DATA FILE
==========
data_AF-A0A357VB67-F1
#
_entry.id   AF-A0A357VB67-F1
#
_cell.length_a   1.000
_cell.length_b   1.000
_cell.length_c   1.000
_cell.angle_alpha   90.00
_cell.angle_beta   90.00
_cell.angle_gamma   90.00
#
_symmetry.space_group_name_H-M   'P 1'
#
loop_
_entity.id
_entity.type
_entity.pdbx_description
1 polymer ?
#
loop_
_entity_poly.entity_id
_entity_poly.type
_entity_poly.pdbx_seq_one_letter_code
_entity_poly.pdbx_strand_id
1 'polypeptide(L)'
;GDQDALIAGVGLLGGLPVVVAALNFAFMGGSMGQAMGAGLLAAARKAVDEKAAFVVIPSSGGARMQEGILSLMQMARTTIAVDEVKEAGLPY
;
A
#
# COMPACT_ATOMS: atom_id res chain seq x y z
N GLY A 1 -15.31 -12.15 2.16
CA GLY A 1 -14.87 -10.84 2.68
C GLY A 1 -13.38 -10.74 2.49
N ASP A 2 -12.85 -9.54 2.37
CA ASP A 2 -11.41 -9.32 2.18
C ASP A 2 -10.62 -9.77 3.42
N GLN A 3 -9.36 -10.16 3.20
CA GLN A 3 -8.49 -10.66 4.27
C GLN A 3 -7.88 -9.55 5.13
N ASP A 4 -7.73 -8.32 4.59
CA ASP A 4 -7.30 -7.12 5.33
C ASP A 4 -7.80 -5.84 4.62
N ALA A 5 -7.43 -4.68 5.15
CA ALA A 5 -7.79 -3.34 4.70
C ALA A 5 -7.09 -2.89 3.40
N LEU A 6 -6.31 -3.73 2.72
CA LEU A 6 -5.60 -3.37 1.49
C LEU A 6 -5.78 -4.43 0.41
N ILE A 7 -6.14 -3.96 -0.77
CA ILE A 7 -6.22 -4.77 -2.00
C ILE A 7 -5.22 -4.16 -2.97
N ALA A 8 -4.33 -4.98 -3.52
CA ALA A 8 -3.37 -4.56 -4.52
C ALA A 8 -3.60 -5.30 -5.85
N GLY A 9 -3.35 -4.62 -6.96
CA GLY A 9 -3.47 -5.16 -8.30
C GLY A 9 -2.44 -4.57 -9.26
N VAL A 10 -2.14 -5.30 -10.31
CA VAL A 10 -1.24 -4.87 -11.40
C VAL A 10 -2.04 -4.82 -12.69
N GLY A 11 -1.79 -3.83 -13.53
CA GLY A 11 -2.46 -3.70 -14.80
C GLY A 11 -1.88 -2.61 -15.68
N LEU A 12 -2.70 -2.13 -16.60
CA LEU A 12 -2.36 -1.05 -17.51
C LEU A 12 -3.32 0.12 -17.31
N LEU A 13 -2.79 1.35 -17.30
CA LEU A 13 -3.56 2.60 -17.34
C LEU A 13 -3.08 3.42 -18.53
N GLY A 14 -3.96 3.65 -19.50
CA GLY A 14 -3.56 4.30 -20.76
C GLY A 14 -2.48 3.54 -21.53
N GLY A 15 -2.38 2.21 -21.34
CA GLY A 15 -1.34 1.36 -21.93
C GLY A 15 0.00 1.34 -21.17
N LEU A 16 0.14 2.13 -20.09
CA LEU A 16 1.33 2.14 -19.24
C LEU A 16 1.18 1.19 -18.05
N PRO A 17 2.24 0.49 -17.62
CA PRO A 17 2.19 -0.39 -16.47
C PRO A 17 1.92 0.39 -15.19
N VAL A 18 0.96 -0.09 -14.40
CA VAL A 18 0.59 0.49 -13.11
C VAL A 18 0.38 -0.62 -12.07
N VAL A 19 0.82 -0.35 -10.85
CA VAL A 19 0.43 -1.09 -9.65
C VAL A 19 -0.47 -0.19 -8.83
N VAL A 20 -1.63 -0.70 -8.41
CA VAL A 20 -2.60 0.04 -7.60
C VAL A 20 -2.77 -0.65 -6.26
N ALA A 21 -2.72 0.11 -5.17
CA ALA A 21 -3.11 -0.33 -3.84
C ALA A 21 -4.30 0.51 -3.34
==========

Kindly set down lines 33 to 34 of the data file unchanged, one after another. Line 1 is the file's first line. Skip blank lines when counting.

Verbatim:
C GLY A 1 -13.38 -10.74 2.49
N ASP A 2 -12.85 -9.54 2.37